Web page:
Defending Glenn Beck
His occasional missteps shouldn't overshadow his tremendous ability to present a reasoned, logical, unassailable argument.
April 30, 2010 - 12:00 am
No less striking is Beck’s most recent offering, Arguing with Idiots: How to Stop Small Minds and Big Government, whose provocative title belies the sober good sense within its pages. The book prickles with facts, transcripts, and statistics calculated to chafe and irritate those in the adversarial camp, whose favored strategy is to respond ad hominem, blasting the messenger while at the same time refusing to assimilate the message. This is the device employed by the book’s resident “idiot” who pugnaciously raises the predictable counter-arguments marshaled by those who believe in big government, fiscal redistribution, and state control, only to be answered with the drive and panache that is the Beckian signet. But the “idiot” is no straw man set up merely to be knocked down; his rejoinders are exactly what we read and hear daily in the MSM. And as Beck writes in the introductory disclaimer, “being an idiot has nothing to do with your party affiliation, it has to do with whether you are able to look beyond that affiliation and follow the facts, wherever they may lead.”
The chapter titles give a strong indication of the social, political, and economic positions Beck will take up as he pursues his campaign against creeping socialism and the dismantling of the American experiment: “In Defense of Capitalism: Giving the Free Market a Fair Shake,” “Unions: When Is America Finished Paying Her Dues,” “The Nanny State: Saving You from Yourself, One Right at a Time,” “The U.S. Constitution: Lost in Translation,” and so on. Beck characteristically pulls no punches, but his arguments in favor of small government and individual responsibility and against “mission creep” are for the most part nuanced, precise, and factually grounded. And this is perhaps what his enemies cannot forgive him, dismissing as bluster or pontification what is nothing short of analytic fidelity to the actual state of affairs.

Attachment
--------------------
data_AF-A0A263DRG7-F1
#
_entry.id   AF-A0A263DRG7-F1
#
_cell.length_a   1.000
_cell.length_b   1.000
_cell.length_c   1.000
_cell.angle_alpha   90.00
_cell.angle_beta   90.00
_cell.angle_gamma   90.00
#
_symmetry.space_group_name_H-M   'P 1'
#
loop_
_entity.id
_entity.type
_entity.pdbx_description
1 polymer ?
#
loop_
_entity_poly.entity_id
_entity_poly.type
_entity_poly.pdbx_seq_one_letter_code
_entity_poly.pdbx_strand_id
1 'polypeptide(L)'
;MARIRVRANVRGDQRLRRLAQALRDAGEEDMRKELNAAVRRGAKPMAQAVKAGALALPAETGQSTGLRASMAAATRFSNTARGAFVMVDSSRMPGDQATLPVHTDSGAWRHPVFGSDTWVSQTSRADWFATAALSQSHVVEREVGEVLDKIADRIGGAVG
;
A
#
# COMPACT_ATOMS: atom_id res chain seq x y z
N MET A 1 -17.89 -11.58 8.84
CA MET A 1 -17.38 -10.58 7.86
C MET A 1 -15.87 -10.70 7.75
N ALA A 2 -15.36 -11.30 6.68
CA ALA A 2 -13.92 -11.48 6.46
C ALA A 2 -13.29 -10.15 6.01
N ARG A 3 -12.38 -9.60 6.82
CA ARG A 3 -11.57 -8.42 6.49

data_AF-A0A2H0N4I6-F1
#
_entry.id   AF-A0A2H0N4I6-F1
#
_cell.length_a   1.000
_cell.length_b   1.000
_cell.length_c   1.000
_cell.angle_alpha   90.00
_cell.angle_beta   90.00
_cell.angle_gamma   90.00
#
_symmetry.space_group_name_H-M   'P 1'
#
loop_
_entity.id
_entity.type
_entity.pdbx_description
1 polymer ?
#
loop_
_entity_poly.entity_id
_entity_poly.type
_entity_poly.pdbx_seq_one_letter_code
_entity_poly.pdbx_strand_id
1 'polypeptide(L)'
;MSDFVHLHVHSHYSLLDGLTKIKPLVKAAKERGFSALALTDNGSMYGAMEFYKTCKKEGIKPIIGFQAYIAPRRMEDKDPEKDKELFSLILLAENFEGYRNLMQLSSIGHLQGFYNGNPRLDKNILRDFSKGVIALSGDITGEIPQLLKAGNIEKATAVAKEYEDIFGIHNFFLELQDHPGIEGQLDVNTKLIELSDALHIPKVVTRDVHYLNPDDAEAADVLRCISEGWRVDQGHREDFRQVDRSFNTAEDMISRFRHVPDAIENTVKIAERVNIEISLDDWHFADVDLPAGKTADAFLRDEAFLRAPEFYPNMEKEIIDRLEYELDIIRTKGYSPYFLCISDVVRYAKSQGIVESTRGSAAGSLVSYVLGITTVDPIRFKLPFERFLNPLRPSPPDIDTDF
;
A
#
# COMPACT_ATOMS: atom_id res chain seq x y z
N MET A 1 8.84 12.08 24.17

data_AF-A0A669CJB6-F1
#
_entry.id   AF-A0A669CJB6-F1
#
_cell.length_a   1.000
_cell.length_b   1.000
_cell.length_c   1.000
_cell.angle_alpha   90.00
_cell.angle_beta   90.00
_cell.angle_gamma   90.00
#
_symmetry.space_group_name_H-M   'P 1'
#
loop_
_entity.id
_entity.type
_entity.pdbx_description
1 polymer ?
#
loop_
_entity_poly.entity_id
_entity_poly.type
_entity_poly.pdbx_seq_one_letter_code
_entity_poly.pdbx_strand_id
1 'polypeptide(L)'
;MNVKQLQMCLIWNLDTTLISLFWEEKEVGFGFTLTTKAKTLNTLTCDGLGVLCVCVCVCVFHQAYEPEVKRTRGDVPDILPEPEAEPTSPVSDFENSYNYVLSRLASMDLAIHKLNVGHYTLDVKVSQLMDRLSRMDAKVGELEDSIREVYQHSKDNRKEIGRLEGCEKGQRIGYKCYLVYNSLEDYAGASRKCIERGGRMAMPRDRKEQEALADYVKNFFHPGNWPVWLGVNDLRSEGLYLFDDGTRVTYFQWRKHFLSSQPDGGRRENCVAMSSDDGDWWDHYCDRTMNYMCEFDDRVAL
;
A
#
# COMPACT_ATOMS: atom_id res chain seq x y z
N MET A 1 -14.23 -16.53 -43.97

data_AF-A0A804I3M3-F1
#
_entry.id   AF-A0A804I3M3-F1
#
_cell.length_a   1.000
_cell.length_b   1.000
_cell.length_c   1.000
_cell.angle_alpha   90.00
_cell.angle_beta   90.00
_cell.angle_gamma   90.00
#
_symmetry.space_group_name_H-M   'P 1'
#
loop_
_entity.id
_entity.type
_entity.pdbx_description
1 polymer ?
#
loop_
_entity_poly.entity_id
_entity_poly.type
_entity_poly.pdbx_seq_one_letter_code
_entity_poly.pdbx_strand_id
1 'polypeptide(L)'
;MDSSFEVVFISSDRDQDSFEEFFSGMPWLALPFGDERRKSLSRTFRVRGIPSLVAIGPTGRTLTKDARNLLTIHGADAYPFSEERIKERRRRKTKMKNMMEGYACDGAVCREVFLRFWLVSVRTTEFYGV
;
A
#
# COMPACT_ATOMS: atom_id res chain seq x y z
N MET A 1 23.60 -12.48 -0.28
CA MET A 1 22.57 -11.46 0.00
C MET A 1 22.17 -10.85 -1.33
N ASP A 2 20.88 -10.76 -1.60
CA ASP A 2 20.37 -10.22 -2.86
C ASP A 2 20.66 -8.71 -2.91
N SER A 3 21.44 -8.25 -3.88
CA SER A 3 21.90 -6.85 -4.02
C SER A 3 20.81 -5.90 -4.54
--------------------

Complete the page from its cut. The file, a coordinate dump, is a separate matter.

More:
An argument is made up of three components: evidence, inference (or deduction), and judgment. And in any argument there can be many a slip ‘twixt the evidence and the inference, or the inference and the judgment. No one is saying that Beck is immune to forensic slippage. But if the facts are right and the inference is sound, then the conclusions are correct. This is why his many detractors, in trying to negate his arguments, will invariably attack his conclusions — and of course the man who arrived at them — while refusing to deal with the facts on which they are based or the inferences which issue in a judgment.
These critics, almost exclusively on the left, employ what we might call an anti-extrapolation strategy, that is, they proceed as if Beck had nothing to extrapolate from except his own “sick fantasies,” as if he were inventing arguments ex nihilo, weaving a tapestry whose threads are made out of glitter dust and synaptic orts and figments. Thus we are regaled with Whoopi Goldberg’s probing observation that Beck “is a lying sack of dog mess,” Roseanne Barr’s definitive assessment that “Glenn Beck is … a ‘death lover’,” Keith Olbermann’s frenetic denunciation that “only in his wildest dreams could an actual suicide bomber hope to do as much damage to this country as Glenn Beck does every day,” Discover Magazine’s lame tu quoque, “Glenn Beck is an idiot,” or Joe Klein’s ludicrous accusation that Beck is “close to being seditious,” among others. Notice how no one deigns to contest the facts or query the inferential arc.